Root Beer Float

I wrote you
a letter,
and I think it’s
long past
time
that I write
a different letter
that I can
actually
send.

So here it is:
your letter
letting
you
go.

Once,
I was in
a gas station
and my mom
and I
were having
Root Beer Floats
when,
just outside,
there was
a car crash.

It was so near where I
grew up—
where I
went to
school—
that it remained
a part of my life
for longer
afterward
than usual.

Stories about
the firemen
cutting the
tangled
seat belt
and
how young
the boy
had been.

D.O.A.

They used it as
an early warning
for us:
middle school
students;
children,
really.

They hadn’t heard
the screeching tires
like I had.

Or looked up so fast
from their
Root Beer Float
that
they’d pulled muscles
in their
necks.

They thought his life
was good
for a warning,
but
they hadn’t seen smoke
and plastic,
smelled burnt rubber,
heard
shearing metal,
or seen
the red
mist.

I lost
my innocence
at the A&W
just in front of
the fire station
and at the
site
of an auto
collision.

Things hurt
me;
always have.

It’s not fair,
but
being with you
was the only time
for me
when
nothing
hurt;

That’s not
your
fault.

I know
that the answer
can’t be
to hurt you
by trying to hang on
to you
after you’ve
let go
in order
to save
myself
some
hurt.

I
love you,
and I’m
sorry
that
the spark
didn’t catch.

I don’t think
I should be telling
you
all of this,
maybe I should just
smile
kind of sadly
as I always have
and say:

Someday,
life will be
less of a
heart-breaking
mystery
to me,
and I hope
one day
to hear from you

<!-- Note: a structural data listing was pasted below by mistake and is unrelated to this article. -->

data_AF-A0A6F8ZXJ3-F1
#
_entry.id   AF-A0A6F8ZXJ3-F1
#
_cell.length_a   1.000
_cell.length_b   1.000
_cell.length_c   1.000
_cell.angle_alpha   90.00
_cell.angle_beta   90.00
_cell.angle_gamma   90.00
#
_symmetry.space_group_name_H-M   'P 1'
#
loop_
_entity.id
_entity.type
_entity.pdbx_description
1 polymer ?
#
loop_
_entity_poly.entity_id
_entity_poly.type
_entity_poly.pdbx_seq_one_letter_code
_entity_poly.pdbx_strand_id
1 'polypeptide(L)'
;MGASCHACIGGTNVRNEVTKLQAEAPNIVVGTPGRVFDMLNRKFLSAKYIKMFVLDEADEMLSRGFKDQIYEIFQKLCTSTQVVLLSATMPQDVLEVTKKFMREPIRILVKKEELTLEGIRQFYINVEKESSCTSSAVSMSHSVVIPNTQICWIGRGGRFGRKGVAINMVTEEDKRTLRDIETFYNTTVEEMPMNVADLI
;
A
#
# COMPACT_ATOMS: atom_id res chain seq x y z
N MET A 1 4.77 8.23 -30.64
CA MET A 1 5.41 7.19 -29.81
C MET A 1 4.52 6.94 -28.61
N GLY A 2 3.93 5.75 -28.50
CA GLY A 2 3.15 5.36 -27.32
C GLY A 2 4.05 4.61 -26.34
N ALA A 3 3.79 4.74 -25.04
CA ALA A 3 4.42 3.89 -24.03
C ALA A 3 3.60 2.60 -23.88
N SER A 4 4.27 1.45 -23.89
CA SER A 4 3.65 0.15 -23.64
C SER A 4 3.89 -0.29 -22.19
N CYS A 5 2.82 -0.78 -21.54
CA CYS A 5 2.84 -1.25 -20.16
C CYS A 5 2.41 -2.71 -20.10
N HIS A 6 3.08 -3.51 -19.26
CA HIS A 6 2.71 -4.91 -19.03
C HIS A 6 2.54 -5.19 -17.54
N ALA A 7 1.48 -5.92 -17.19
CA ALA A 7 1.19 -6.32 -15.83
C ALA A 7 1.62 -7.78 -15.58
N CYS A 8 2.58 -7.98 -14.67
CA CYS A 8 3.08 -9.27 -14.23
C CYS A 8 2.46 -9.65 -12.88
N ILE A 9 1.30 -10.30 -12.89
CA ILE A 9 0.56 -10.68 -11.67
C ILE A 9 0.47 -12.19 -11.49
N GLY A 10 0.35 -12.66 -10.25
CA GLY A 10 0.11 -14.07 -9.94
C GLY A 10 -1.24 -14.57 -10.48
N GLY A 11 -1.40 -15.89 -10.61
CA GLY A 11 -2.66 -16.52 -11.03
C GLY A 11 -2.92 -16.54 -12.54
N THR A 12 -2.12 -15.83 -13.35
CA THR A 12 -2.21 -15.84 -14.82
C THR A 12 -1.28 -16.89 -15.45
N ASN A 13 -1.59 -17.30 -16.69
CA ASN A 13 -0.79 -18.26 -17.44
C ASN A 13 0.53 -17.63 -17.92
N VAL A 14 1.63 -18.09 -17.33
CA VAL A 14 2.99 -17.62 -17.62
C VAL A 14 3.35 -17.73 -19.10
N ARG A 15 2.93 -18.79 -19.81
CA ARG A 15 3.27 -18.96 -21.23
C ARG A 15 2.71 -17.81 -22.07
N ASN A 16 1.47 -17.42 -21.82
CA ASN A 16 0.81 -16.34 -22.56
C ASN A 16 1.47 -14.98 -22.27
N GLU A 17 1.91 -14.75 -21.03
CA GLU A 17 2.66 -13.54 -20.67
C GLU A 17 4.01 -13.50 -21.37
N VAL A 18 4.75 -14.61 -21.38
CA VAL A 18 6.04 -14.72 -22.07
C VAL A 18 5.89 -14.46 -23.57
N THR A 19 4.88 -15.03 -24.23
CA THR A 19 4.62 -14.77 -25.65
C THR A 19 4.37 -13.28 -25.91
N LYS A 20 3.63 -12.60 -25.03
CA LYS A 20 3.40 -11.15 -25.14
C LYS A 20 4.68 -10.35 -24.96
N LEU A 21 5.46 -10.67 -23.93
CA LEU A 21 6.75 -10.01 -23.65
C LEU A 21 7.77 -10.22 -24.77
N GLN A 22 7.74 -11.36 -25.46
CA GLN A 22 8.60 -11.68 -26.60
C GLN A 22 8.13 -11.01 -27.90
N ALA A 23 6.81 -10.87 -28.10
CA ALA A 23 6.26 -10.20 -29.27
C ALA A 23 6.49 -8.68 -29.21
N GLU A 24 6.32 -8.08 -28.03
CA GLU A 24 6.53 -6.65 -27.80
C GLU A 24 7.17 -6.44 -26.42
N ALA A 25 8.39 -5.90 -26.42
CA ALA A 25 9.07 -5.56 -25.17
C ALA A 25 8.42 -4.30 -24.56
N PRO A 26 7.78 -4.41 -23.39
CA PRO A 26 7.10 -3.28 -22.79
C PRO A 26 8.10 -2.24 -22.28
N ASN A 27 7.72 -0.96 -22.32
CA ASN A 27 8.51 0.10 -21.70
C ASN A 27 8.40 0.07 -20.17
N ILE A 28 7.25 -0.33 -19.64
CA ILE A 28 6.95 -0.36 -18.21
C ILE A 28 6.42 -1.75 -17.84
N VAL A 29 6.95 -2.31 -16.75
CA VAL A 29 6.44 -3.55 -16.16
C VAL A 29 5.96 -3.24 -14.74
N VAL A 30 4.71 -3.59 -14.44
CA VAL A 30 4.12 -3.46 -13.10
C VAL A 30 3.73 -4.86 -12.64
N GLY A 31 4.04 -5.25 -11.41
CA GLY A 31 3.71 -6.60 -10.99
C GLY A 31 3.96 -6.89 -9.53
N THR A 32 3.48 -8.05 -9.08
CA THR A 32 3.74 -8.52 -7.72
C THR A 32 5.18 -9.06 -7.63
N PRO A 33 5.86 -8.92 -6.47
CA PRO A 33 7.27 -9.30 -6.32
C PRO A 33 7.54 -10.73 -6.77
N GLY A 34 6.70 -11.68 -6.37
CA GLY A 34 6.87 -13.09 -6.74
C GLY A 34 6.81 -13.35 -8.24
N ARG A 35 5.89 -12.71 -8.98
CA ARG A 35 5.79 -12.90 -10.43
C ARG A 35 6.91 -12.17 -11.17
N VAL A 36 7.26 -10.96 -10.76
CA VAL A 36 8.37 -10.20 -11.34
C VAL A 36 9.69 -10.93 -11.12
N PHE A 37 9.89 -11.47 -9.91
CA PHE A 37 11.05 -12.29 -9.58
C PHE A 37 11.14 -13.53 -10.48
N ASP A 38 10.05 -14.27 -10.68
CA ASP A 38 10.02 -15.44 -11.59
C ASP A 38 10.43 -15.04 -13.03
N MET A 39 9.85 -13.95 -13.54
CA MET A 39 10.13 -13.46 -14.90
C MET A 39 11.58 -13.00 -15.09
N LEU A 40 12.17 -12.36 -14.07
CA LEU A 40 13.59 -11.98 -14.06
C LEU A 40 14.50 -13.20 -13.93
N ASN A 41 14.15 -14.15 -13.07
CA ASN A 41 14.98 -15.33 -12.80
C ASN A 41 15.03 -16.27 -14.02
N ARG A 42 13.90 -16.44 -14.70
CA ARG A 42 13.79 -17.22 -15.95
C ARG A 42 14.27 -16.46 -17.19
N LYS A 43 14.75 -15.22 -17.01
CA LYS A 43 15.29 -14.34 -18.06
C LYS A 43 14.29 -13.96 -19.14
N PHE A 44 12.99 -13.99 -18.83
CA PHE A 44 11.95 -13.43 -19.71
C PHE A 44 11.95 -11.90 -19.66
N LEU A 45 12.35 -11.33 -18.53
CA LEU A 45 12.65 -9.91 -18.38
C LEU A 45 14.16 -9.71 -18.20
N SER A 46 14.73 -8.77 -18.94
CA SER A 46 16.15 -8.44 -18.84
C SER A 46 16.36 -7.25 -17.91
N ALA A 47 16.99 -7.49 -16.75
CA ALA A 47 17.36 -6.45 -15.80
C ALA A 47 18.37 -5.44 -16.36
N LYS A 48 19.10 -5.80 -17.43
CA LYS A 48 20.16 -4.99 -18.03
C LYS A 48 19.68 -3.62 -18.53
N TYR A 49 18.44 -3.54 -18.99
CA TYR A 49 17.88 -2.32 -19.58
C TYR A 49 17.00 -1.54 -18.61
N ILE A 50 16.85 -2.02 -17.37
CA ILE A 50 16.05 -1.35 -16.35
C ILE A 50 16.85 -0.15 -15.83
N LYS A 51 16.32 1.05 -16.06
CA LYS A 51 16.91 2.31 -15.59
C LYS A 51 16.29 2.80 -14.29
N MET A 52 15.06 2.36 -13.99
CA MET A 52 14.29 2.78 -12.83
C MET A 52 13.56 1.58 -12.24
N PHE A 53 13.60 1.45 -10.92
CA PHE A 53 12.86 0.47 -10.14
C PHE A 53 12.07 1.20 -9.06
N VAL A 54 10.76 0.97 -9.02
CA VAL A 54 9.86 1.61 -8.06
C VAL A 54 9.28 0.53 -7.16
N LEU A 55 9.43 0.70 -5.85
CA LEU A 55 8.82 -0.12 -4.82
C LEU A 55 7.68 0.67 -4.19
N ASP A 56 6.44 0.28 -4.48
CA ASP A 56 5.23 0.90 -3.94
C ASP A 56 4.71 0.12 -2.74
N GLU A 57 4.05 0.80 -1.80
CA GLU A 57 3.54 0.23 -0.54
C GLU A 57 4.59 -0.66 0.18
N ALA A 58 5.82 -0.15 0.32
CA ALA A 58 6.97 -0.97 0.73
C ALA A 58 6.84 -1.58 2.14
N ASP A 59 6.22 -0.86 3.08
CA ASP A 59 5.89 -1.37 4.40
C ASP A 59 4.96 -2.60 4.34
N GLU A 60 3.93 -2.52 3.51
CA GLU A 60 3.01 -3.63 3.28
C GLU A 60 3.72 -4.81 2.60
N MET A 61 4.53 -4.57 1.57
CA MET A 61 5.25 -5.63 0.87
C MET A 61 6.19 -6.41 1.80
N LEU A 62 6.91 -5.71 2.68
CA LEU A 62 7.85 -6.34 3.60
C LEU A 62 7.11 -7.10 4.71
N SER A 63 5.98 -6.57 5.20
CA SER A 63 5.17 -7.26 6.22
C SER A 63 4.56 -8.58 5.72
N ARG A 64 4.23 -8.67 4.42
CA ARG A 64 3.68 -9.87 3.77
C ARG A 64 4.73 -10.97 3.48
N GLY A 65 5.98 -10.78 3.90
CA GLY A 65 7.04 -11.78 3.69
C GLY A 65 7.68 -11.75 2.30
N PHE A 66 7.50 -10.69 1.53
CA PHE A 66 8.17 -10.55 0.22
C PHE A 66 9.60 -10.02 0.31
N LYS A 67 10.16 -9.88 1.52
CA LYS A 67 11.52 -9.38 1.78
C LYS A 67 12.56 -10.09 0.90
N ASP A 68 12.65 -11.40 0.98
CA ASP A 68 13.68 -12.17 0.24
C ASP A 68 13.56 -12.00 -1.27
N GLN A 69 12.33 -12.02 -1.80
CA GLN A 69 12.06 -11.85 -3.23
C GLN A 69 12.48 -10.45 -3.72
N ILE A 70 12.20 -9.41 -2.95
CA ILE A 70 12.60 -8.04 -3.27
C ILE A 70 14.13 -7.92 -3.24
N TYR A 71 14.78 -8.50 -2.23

again,
and I hope
your
children
never leave
behind
a half-finished
Root Beer Float.

The Unsent Letter

I wrote you a letter
and in it
I said
the noble things.

I said that I had
always
loved you
and that
I always
would.

I said that I
forgave you
and that
I was still
learning
what that
meant.

I said that
I understood
what you meant
and that
I wished you well.

I said
I would only
ever
think of you
fondly
and that
J.S. Bach’s
Sarabandes
would forever
make me
smile.

I said
you would be
okay
without me.

I said
I would let you
walk away
and that I
would
walk away
too
since that
was what
you wanted.

I said
I would not
look
b
a
c
k.

I walked until
you could no longer
hear
my footsteps
and then
I turned around.

But, for every
__t
_r
__u
___d
__g
___i
__n
___g
footstep
I had
taken,
you had
lightly
taken
three,

and you were
so far
g
o
n
e
that I
did not
have the
chance
to say:

I wrote you two letters,
and this
is the
second
one;

I will never
be
what I could have been
with you,
and far from
blaming you
for that,
I simply
hate
myself.

I do not
understand
what you meant.

I cannot
say
“Goodbye”
without also
saying
“but why?”

And,
as for Bach,
the
sarabande
from Cello Suite No. 2
will always
sound like
what could have been;
what should have been.

Black cat, green eyes;

Black cat, green eyes;

Steady like a streetlamp.

Curled in my direction.

Cypress trees

And Lillies.

Cats are so quiet
you can hear
your breaths
evaporate.

Black eyes, green world;

Stardust footsteps and
grass bending.

Flickering streetlight;

Steady rain.

Irises
and Lotus flowers.

One day
there will be no more
walls
drenched in
beige.

Black world, green dies.